This is a special object which exists only via the XFA Plugin which executes XFA scripts on XFA object events inside Acrobat. Whenever an event occurs (such as the click of a button or a field gaining input focus), your script has access to the xfa.event object which gives lots of important information about the event.

For example, if you want to know the value that was selected in a list box or a drop down list in order to change the state of another object on your form, you would script against the list box’s or drop down list’s Change event. If you used the following code to get the value of the item that the user selected:


you would get the previously-selected value because the object’s rawValue property isn’t updated until after the Change event has occurred. In order to get the information you need, you must use the following code:


which will give you the value of the item the user just selected.

xfa.event also gives you access to a very useful property called target: In Acrobat, this property specifies the Acrobat Document object (which contains the Acrobat Field object which wraps the XFA object whose event is being scripted). This means that you can get at the Acrobat Document object for the “active document” just by using:

(Note that you don’t need — and shouldn’t use — the “xfa” prefix when accessing the “” property — I don’t know why yet but you’ll have trouble using it if you use the “” syntax.)

Using this information, you can: *= 2; // increase the zoom level two-fold = zoomtype.fitW; // zoom to page-width level = zoomtype.fitH; // zoom to page-height level

or you can use the getField method to get an Acrobat Field object and do some more interesting things.

You can get more information on the Document and Field objects in the Acrobat JavaScript Scripting Reference.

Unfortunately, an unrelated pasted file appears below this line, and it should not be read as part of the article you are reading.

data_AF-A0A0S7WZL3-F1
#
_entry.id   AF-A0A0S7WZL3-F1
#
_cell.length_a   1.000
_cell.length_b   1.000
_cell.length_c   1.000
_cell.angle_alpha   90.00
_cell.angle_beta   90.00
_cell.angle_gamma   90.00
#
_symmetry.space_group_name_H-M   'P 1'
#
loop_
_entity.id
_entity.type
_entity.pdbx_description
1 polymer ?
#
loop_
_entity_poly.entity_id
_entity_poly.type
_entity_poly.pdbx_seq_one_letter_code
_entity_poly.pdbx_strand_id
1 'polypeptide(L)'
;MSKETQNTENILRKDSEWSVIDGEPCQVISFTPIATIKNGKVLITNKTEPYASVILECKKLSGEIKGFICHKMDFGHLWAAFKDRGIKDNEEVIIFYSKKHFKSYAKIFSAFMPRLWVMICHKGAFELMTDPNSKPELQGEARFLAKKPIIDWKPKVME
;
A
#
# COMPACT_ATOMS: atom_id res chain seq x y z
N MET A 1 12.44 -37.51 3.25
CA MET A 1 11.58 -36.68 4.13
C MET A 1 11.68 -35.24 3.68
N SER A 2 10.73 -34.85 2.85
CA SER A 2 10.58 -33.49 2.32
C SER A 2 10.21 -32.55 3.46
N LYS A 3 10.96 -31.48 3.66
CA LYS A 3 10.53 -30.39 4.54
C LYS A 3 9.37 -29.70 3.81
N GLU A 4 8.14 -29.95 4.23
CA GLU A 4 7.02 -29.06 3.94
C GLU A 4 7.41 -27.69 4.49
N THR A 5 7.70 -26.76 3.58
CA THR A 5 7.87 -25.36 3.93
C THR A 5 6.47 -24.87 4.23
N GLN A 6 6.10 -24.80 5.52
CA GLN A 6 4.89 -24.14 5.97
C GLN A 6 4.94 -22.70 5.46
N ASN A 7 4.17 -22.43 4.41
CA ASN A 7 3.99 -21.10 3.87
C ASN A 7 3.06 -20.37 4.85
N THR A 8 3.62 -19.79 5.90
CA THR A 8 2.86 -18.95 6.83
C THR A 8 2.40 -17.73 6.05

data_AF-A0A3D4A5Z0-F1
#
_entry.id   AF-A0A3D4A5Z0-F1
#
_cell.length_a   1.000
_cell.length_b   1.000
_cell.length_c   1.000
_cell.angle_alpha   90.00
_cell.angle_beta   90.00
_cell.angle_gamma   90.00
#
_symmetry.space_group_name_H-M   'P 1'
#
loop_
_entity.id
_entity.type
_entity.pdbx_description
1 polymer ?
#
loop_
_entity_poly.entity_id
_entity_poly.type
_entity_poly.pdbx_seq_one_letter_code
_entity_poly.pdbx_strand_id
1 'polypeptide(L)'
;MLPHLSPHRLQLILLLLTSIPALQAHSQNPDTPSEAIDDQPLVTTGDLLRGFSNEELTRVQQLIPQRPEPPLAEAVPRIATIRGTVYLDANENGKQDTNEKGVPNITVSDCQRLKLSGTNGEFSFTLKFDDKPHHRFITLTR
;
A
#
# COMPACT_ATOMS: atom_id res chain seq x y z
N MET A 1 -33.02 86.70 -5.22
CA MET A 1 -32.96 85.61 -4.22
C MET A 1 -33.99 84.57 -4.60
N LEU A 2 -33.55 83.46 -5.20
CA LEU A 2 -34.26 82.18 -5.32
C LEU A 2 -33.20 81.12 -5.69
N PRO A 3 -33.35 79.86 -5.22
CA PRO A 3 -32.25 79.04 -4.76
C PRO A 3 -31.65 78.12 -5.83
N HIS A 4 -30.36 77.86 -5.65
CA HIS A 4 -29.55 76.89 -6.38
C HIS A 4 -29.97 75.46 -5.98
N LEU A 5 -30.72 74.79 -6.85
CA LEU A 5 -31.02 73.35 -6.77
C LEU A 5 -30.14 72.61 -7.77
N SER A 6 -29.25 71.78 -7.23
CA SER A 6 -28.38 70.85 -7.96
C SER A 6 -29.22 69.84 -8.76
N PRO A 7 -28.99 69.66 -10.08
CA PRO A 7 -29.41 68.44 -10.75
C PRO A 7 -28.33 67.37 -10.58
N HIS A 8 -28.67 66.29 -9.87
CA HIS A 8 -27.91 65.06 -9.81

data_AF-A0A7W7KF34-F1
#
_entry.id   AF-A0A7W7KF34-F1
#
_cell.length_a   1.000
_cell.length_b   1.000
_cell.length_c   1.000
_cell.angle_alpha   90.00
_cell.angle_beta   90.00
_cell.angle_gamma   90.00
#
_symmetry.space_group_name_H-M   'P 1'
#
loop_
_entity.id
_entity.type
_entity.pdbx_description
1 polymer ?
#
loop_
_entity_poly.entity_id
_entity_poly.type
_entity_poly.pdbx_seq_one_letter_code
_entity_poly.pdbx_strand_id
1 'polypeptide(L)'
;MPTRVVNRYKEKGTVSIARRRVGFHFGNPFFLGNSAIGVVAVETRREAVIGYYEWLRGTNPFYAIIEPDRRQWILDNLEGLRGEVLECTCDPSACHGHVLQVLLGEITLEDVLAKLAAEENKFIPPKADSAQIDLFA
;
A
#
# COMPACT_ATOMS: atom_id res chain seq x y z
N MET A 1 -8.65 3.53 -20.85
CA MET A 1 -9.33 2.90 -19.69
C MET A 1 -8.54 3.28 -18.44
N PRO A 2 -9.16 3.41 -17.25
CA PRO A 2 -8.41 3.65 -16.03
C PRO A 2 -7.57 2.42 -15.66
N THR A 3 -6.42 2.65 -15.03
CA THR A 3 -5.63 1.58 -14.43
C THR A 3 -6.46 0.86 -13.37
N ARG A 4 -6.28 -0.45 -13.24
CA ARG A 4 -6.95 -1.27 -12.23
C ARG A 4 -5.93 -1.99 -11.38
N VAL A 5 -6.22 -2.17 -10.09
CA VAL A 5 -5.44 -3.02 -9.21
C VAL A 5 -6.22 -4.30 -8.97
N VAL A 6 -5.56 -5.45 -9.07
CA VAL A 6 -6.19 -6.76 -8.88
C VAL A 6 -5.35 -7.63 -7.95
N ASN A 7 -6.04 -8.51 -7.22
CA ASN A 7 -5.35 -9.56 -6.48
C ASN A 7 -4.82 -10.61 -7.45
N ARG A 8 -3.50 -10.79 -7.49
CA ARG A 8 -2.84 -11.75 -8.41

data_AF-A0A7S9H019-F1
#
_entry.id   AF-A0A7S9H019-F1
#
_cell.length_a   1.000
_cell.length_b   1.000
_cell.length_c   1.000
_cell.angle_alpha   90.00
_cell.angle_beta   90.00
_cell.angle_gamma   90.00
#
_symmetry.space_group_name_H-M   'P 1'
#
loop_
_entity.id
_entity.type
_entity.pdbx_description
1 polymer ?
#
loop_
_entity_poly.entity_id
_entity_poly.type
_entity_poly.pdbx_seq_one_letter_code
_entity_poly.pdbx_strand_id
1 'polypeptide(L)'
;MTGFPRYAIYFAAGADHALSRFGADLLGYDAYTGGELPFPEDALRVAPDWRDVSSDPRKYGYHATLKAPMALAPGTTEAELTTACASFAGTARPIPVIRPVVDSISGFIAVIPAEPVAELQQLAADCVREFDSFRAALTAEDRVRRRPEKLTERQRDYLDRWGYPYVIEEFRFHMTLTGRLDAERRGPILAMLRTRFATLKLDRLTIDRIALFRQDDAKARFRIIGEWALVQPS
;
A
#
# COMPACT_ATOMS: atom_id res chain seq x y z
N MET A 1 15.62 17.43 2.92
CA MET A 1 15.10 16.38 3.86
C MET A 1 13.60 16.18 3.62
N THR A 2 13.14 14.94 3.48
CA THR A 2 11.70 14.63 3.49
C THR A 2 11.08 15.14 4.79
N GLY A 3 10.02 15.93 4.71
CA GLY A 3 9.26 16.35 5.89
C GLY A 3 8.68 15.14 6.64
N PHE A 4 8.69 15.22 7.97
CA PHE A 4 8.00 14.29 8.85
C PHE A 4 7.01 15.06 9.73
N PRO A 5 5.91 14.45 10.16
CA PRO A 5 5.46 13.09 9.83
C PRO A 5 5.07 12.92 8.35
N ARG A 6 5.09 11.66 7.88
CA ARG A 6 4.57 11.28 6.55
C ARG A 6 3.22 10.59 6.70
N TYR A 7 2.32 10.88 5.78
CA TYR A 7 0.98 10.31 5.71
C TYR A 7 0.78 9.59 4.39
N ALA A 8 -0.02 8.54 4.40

Putting it all Into Perspective

To tie this all together, I’ve drawn-up a simplified version of the Scripting Object Model the way I picture it in my head:

Scripting Object Model (simplified)

This image illustrates how things work from the perspective of a script running within an XFA Event or an XFA Script Object Function (note that you don’t have access to the xfa.event object there unless you pass it into the function by calling it from an XFA Event). You can see how, from the XFA object, you can get to the:

  • Acrobat app object (directly);
  • Acrobat Document object (via or the app object);
  • Acrobat Field object (via the Document object);
  • object (directly).

Hopefully this post will have given you a general idea of the Acrobat-specific tools at your disposal when you’re writing XFA scripts using the JavaScript language. Please note, however, that changes may occur to the way XFA Form Objects are hosted within Acrobat in future releases and therefore using the AcroForm Object Model should be a last resort if an XFA equivalent simply isn’t available.

Updated: August 30, 2006

Posted by Stefan Cameron on June 10th, 2006
Filed under AcroForm Objects,Scripting

XFA SOM Expression Generator

Have you ever had trouble figuring-out what the SOM expression is for a particular object which you’re trying to address within your script?

If so, here’s a tip that might come in handy the next time you’re stumped:

With the input focus (the “I” beam) set within the event you’re scripting on the Script Editor palette in Designer, hold-down the Control key and move your mouse over the canvas. Notice that as you hover over objects, the mouse pointer switches to a “V” cursor. If you click, the full SOM expression for the object you clicked will be automatically inserted into your script. But that’s not all! The generated SOM expression will be automatically formatted to work with your script’s language settings:

If you haven’t named the “page 1” subform and you pick an object on it, you’ll get the following code if your script’s language is FormCalc:


If your script’s language is JavaScript, you’ll get the following code (for the same object):


Note that if you click on the object on which you’re scripting the event, “$” will be inserted for a FormCalc script and “this” will be inserted for a JavaScript script.

Posted by Stefan Cameron on June 5th, 2006
Filed under Script Editor,Scripting